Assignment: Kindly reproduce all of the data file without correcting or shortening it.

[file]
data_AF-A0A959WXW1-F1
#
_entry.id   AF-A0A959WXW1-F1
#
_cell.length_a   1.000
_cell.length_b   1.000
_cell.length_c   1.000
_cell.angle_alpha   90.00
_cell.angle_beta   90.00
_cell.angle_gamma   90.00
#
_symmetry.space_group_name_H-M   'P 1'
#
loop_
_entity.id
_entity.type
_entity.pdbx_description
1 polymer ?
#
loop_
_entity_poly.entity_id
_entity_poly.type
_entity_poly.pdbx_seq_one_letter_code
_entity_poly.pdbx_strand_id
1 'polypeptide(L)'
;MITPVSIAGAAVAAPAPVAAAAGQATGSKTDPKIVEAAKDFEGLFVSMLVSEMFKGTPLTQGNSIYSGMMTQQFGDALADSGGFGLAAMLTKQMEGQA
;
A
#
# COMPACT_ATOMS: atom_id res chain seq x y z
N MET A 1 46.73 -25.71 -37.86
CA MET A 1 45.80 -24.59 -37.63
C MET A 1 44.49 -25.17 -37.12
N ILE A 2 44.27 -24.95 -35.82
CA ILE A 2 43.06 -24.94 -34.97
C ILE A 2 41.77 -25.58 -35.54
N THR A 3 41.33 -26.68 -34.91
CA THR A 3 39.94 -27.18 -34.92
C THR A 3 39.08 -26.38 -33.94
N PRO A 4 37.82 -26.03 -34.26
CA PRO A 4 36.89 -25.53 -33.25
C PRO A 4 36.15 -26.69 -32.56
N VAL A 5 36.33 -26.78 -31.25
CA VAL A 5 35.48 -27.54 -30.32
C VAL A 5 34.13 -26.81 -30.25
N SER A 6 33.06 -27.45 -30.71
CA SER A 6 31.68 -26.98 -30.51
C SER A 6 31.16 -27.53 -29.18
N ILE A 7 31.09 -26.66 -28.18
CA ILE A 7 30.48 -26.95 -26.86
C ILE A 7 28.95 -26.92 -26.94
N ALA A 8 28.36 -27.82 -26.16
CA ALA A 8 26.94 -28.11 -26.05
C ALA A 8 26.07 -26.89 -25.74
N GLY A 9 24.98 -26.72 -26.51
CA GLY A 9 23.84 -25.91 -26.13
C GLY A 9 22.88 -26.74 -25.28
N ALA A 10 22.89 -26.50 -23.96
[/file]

data_AF-A0A959WXW1-F1
#
_entry.id   AF-A0A959WXW1-F1
#
_cell.length_a   1.000
_cell.length_b   1.000
_cell.length_c   1.000
_cell.angle_alpha   90.00
_cell.angle_beta   90.00
_cell.angle_gamma   90.00
#
_symmetry.space_group_name_H-M   'P 1'
#
loop_
_entity.id
_entity.type
_entity.pdbx_description
1 polymer ?
#
loop_
_entity_poly.entity_id
_entity_poly.type
_entity_poly.pdbx_seq_one_letter_code
_entity_poly.pdbx_strand_id
1 'polypeptide(L)'
;MITPVSIAGAAVAAPAPVAAAAGQATGSKTDPKIVEAAKDFEGLFVSMLVSEMFKGTPLTQGNSIYSGMMTQQFGDALADSGGFGLAAMLTKQMEGQA
;
A
#
# COMPACT_ATOMS: atom_id res chain seq x y z
N MET A 1 46.73 -25.71 -37.86
CA MET A 1 45.80 -24.59 -37.63
C MET A 1 44.49 -25.17 -37.12
N ILE A 2 44.27 -24.95 -35.82
CA ILE A 2 43.06 -24.94 -34.97
C ILE A 2 41.77 -25.58 -35.54
N THR A 3 41.33 -26.68 -34.91
CA THR A 3 39.94 -27.18 -34.92
C THR A 3 39.08 -26.38 -33.94
N PRO A 4 37.82 -26.03 -34.26
CA PRO A 4 36.89 -25.53 -33.25
C PRO A 4 36.15 -26.69 -32.56
N VAL A 5 36.33 -26.78 -31.25
CA VAL A 5 35.48 -27.54 -30.32
C VAL A 5 34.13 -26.81 -30.25
N SER A 6 33.06 -27.45 -30.71
CA SER A 6 31.68 -26.98 -30.51
C SER A 6 31.16 -27.53 -29.18
N ILE A 7 31.09 -26.66 -28.18
CA ILE A 7 30.48 -26.95 -26.86
C ILE A 7 28.95 -26.92 -26.94
N ALA A 8 28.36 -27.82 -26.16
CA ALA A 8 26.94 -28.11 -26.05
C ALA A 8 26.07 -26.89 -25.74
N GLY A 9 24.98 -26.72 -26.51
CA GLY A 9 23.84 -25.91 -26.13
C GLY A 9 22.88 -26.74 -25.28
N ALA A 10 22.89 -26.50 -23.96